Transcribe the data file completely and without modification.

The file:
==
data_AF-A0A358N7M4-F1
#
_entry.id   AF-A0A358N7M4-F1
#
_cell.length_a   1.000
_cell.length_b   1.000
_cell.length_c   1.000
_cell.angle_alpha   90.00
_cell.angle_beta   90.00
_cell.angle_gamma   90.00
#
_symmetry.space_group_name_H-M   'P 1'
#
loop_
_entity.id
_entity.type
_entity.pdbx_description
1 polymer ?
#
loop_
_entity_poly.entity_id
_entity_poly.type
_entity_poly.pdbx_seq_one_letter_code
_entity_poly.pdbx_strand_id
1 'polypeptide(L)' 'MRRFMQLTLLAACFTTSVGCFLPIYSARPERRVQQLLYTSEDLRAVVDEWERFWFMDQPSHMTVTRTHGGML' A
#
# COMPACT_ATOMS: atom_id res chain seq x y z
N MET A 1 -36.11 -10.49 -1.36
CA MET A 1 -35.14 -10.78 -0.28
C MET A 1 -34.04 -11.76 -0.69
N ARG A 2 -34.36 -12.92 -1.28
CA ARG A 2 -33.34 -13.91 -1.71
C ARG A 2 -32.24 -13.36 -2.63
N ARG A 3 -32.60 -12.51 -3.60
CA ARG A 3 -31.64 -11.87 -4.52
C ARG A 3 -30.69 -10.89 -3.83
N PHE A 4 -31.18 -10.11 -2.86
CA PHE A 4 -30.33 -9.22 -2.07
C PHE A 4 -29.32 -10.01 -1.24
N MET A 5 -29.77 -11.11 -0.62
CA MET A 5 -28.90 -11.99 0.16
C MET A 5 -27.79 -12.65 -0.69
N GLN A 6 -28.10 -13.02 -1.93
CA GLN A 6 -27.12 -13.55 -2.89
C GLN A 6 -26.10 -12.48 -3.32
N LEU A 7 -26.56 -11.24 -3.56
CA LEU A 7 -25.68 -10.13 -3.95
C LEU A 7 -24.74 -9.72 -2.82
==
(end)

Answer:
data_AF-A0A358N7M4-F1
#
_entry.id   AF-A0A358N7M4-F1
#
_cell.length_a   1.000
_cell.length_b   1.000
_cell.length_c   1.000
_cell.angle_alpha   90.00
_cell.angle_beta   90.00
_cell.angle_gamma   90.00
#
_symmetry.space_group_name_H-M   'P 1'
#
loop_
_entity.id
_entity.type
_entity.pdbx_description
1 polymer ?
#
loop_
_entity_poly.entity_id
_entity_poly.type
_entity_poly.pdbx_seq_one_letter_code
_entity_poly.pdbx_strand_id
1 'polypeptide(L)' 'MRRFMQLTLLAACFTTSVGCFLPIYSARPERRVQQLLYTSEDLRAVVDEWERFWFMDQPSHMTVTRTHGGML' A
#
# COMPACT_ATOMS: atom_id res chain seq x y z
N MET A 1 -36.11 -10.49 -1.36
CA MET A 1 -35.14 -10.78 -0.28
C MET A 1 -34.04 -11.76 -0.69
N ARG A 2 -34.36 -12.92 -1.28
CA ARG A 2 -33.34 -13.91 -1.71
C ARG A 2 -32.24 -13.36 -2.63
N ARG A 3 -32.60 -12.51 -3.60
CA ARG A 3 -31.64 -11.87 -4.52
C ARG A 3 -30.69 -10.89 -3.83
N PHE A 4 -31.18 -10.11 -2.86
CA PHE A 4 -30.33 -9.22 -2.07
C PHE A 4 -29.32 -10.01 -1.24
N MET A 5 -29.77 -11.11 -0.62
CA MET A 5 -28.90 -11.99 0.16
C MET A 5 -27.79 -12.65 -0.69
N GLN A 6 -28.10 -13.02 -1.93
CA GLN A 6 -27.12 -13.55 -2.89
C GLN A 6 -26.10 -12.48 -3.32
N LEU A 7 -26.56 -11.24 -3.56
CA LEU A 7 -25.68 -10.13 -3.95
C LEU A 7 -24.74 -9.72 -2.82